I love to garden. It helps me to feel at one with nature, and there is the added benefit of fresh food for my family. We have put our house up for sale, and I am building a new one. One challenge I have had is that over the thirty-five years we have lived in our current house, I have worked hard to make a nice garden.

It is soft, sandy soil, and I have hauled in loads of compost, leaves, and straw. It is rich in nutrients, and plants grow abundantly. But our new place is packed clay. When it rains, every step you take is like walking in cement, and the soil accumulates on a person’s shoes until they are carrying ten to twenty pounds of it on each foot.

After the soil dries, like cement, it hardens to the point that it is impenetrable. The first time I tried to dig a posthole in the hardened soil, I had to use a pick to break through the top layer. So, I am trying to put every ounce of mulch into my new garden area that I can.

The closest town to where I live is where I work. In the fall, the town allows people to put bags of leaves on the sidewalk, and the city crews pick them up. I decided I would pick up some of these for my garden.

This leaf season, as I like to call it, lasts about six weeks. My wife posted on Facebook that I’d like to pick up leaves. People started posting that they had some, and I hauled many loads. But soon, people just suggested that I take any that were put out along the street, and everyone seemed to agree that it was fine. I started loading my little pickup twice each day. After work, I would pile on a load and take them to our new place. Then, after working there all evening, I would go around and load another load and take it home to my current place.

I would unload that load into a pile to take down after leaf season ended. The next day, I would start all over. That way, I got two loads each day, six days a week. I could pile on about thirty to forty bags, so over the six weeks, the bags I have hauled number in the thousands.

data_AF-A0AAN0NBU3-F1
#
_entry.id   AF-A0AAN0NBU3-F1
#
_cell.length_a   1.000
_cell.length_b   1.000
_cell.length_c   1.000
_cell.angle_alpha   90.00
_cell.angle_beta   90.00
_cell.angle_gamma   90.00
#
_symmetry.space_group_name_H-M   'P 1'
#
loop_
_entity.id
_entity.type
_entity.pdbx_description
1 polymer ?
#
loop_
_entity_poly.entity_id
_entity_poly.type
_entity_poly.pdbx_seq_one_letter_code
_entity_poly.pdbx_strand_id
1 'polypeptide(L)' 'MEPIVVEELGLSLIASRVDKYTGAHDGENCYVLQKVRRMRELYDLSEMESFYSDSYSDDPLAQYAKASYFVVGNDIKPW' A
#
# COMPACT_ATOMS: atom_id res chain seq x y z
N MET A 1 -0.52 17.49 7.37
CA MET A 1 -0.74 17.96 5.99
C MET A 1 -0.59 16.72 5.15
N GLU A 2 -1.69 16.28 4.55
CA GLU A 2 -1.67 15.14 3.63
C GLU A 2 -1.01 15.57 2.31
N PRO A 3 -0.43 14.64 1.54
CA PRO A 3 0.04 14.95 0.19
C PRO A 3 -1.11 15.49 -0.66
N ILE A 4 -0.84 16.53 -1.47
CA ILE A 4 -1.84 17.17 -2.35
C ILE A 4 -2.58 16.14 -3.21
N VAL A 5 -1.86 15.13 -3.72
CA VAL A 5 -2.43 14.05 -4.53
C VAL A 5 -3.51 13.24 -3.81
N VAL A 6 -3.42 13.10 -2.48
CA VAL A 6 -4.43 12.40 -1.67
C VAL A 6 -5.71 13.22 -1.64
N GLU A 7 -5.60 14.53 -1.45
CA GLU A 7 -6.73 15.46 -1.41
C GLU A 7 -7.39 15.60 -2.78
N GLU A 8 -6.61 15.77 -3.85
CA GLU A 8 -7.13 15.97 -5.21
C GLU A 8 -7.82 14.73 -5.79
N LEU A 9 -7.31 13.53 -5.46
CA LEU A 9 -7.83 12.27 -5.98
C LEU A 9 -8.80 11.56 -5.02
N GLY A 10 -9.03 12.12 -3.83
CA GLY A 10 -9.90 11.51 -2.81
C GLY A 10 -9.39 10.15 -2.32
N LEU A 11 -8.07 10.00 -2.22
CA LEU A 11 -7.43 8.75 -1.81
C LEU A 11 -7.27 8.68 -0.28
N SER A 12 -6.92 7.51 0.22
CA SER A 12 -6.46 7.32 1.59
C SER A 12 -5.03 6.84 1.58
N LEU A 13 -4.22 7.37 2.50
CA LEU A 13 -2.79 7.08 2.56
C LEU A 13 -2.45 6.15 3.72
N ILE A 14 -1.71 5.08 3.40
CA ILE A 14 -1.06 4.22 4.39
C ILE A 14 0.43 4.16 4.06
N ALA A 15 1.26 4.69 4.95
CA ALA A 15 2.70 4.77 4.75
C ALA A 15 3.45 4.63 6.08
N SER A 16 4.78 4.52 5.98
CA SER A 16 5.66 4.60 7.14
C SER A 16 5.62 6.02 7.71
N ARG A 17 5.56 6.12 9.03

Each time I loaded, I would pull through some neighborhoods until I found a good amount the city had not collected. But one day after work, a lady came out to talk to me as I piled on the bags from her yard.

“Do you work for the city?” she asked.

“No,” I replied. “I just work for myself.” I then explained what I did with the leaves. As I loaded, we talked. Another lady joined us, and she, too, asked if I worked for the city. Once more I explained what I was doing. As I was finishing loading and strapping down the load, a third lady joined us, and once more I had to explain what I was doing. But her eyes lit up like she understood something the others hadn’t.

“Have you loaded from our street before?” she asked.

I nodded. “Quite a few times.”

She then turned to the others. “Ladies, that answers the questions we had the other day at our block party.”

“What questions?” the second lady asked.

“Well, you remember how Lana asked what day the city picked up leaves? We each said a different day.”

The ladies smiled. The first lady said, “Mrs. Hansen insisted her leaves even disappeared on Saturdays when the city didn’t work, and I mentioned that mine seemed to disappear overnight. No one could come to a consensus as to what day the city picked up from our street.”

The ladies all laughed, and I asked if it bothered them. “Not at all,” the first lady said. “It is nice to know they are going for a good use instead of being burned. The next time we see leaves disappearing at different times, we’ll all know it is the Leaf Man.”

I smiled. That was a title I had never had before.